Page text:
Westside Farmer Not Optimistic About 2014

Thousands of acres farm land producing crops on the Valley's Westside this year may go dormant in 2014. {}{}Hammonds Farms in western Fresno County is growing cotton right now and the tomato crop was just harvested. {} But if the federal water allocation for 2014 doesn't improve Mike Stearns says they will fallow up to one third of their property.

"They're talking about a zero allocation to start with next spring and if that should be the case and we end up with a ten percent or less we're fallowing probably 2-thousand acres or more."

Stearns who is general manager{}says their 46 full time employees have been warned that many could be out of a job if the water picture doesn't get better.{}

The cotton crop is grown with the use of drip irrigation buried in the soil.{} But it's likely there won't be cotton next year and the tomatoes grown in this rich soil won't be planted either.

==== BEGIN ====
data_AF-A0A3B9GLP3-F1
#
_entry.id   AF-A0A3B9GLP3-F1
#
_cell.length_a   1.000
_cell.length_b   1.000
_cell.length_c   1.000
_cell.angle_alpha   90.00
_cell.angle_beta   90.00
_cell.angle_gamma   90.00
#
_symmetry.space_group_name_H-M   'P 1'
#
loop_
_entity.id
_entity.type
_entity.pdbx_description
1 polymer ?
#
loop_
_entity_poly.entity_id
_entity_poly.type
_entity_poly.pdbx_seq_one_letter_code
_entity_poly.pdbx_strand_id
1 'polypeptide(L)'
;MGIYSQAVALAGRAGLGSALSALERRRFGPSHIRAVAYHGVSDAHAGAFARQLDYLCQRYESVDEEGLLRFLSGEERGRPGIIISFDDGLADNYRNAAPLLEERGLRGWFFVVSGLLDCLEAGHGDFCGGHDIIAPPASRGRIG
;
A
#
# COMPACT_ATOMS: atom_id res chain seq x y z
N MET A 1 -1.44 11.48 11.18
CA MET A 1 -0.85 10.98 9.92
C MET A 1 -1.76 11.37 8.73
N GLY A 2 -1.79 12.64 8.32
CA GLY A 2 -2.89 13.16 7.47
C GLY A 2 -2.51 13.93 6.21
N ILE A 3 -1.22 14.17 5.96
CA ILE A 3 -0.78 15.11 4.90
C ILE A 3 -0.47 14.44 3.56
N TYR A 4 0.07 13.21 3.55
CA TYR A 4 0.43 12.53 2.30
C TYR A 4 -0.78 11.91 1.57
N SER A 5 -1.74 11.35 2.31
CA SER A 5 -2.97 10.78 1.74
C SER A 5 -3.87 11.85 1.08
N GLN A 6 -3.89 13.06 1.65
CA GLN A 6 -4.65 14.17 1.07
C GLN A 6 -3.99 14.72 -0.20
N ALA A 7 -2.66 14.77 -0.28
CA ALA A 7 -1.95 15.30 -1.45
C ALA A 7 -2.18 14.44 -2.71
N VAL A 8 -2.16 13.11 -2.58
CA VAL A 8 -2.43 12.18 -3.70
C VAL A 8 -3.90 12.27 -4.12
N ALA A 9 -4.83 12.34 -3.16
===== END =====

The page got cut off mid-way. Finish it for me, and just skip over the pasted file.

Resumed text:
Pistachios and wine grapes will be the only crop producers next year.{} "The permanent crops will keep us alive for awhile because of the income returned on permanent crops is higher. {} But for along period of time that's the only thing you're going to have to survive."

Fallow fields are no longer an uncommon sight in some of the best growing soil in California.{} Next year if the drought continues those same fields could be producing thousands of acres of weeds.{}